Jobbik is a party that, for all its gloss, speaks of reuniting “Greater Hungary” after the stab in the back of the 1920 Treaty of Trianon, boasts of its recent meeting with the BNP, and is fundamentally opposed to the supranationalist concept. I am far from a fervent cheerleader for the European project, but the presence of such neanderthals in the EU parliament can only render it a farce.
Edit 08/ 06/ 09: Jobbik received nearly 15% of votes cast.
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The BNP in the UK are on the up and up, too.
People are fed up with greedy, dishonest politicians in Brussels telling them what to do. That's not to say the Far Right parties are more honest than anyone else, but there seems to be a Europe-wide propogation of Xenophobia and anti-EU feeling. Except in France. They still seem to think it's the best thing since sliced bread.
However, it's kind of understandable when you think that we're in a global recession and there are immigrants coming from East Europe to the West who are cheap labour and taking jobs from locals.
since Romania joined Europe, there has been such an influx of Roma gypsies in Paris that it's almost impossible to avoid. And many of these gypsies have been violent when refused money. With this in mind, it's easy to understand why the rest of Europe is becoming anti-EU.
I'm not sure this is anything to do with being anti-EU. I think most people just don't see how it matters, so why not register a protest vote? In fact, Hungary needs the EU, particularly in its current economic hole.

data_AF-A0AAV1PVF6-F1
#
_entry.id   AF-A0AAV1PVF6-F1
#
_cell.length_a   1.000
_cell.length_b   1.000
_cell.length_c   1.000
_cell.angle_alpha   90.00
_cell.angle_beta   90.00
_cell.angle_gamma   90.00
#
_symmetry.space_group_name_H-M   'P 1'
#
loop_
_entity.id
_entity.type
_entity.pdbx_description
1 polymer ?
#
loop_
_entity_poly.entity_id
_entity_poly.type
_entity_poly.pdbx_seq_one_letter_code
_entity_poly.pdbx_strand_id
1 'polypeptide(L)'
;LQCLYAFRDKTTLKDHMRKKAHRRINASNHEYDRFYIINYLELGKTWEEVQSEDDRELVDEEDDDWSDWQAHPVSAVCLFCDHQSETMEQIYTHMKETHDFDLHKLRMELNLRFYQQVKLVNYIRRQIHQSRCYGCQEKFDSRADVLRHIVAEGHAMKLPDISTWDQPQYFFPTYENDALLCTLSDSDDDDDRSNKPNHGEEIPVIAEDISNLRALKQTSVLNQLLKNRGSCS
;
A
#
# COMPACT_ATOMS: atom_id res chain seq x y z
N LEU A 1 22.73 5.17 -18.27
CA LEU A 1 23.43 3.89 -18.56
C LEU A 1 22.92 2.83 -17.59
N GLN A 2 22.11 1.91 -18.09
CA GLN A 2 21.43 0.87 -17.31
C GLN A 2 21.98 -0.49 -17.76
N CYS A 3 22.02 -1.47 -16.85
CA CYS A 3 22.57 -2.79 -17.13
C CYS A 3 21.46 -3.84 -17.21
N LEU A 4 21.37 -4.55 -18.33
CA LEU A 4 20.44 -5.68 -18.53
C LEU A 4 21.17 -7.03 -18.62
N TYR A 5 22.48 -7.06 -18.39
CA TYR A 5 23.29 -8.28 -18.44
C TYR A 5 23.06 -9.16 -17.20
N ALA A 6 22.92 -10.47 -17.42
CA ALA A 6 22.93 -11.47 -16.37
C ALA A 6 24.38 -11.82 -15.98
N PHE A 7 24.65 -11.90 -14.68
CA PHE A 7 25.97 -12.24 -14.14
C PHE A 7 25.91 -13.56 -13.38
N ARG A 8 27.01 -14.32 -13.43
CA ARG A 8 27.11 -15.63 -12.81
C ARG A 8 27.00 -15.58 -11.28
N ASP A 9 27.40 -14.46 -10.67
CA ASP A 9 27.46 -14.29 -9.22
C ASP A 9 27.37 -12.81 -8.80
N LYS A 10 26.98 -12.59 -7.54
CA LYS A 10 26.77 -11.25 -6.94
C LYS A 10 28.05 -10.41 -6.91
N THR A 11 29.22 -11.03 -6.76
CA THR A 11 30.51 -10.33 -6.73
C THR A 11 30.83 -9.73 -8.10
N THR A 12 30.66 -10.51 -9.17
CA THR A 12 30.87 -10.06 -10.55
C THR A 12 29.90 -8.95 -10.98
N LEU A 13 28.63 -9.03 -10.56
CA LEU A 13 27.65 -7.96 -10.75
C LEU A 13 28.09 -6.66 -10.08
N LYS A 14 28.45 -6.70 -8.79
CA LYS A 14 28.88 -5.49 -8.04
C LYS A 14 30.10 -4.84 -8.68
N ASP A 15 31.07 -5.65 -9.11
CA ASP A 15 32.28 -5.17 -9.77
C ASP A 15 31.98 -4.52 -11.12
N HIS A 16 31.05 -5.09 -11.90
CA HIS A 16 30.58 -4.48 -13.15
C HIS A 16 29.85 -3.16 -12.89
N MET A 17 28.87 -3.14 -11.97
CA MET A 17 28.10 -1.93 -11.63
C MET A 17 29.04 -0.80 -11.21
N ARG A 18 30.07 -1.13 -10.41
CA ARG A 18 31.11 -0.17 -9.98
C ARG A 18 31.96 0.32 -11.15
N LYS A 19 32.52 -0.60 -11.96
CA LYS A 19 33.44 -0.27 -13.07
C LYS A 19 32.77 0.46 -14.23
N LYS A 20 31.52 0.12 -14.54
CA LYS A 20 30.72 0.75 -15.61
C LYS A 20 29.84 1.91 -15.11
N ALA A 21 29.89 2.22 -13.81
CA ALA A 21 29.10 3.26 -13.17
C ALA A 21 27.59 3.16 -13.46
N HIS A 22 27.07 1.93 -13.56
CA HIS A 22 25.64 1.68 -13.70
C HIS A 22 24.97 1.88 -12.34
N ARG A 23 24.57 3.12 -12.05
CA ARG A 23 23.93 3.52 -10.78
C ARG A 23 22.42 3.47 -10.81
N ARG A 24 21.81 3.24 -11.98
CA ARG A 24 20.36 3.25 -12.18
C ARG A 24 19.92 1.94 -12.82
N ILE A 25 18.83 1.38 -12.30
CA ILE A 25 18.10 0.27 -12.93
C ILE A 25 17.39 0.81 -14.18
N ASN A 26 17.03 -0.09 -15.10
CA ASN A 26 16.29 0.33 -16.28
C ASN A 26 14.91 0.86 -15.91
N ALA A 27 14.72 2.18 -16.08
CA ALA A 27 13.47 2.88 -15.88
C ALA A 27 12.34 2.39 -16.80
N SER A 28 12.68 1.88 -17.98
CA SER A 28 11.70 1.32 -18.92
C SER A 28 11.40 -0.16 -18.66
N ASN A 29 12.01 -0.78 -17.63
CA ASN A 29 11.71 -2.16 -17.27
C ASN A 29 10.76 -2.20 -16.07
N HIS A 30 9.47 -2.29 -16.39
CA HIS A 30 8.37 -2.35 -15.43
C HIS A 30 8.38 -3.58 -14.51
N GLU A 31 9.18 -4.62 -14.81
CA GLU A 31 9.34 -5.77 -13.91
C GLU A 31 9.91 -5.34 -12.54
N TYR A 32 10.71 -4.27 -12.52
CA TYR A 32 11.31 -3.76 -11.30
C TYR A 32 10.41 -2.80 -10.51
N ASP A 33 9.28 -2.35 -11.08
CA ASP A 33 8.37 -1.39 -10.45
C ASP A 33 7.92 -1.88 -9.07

For me the Roma issue has to be a question of which came first, the marginalisation or the marginalised attitude. One of the things I find most uncomfortable about being here is how casually otherwise nice, friendly people can drop in an ugly comment or joke about gypsies. Are all equally desperate non-gypsies begging on the streets a model of good behaviour?
The area around Avignon is adorned with a shocking amount of Front National graffiti.
Avignon is a VERY FN area. My in-laws are from there and they're vvv right wing. Sarko can do no wrong as far as my mother-in-law is concerned. I think it's to do with the high number of North Africans in Provence.
Most of my friends from the Avignon area see themselves as liberal, but start them about the Arabs and it goes so Neo-Nazi it's scary. That said, when you know certain areas of Avignon and Cavaillon (the second biggest town in the dept) are no go areas for non-Arabs, you can see why they don't like it.
Unfortunately there's been no intergration on either side. The Arabs keep to their own communties and the whites don't want to know. Also, the HLM areas are highly populated with immigrants and they are real ghettos. I went to Aldi in an HLM area and didn't stay too long. My car was being eyed up by some unsavoury characters and, as a woman, I didn't feel safe there.
That's the real problem. Lack of intergration.
If we look at what happened in Bradford a few years back, it was because the Arab and white communities had been kept apart and mistrust had grown. However, in Rochdale, the council had forced people to intergrate, making the community just that; a community.
Ghettoisation is the cause of a lot of these problems. Not knowing our neighbour and being scared to.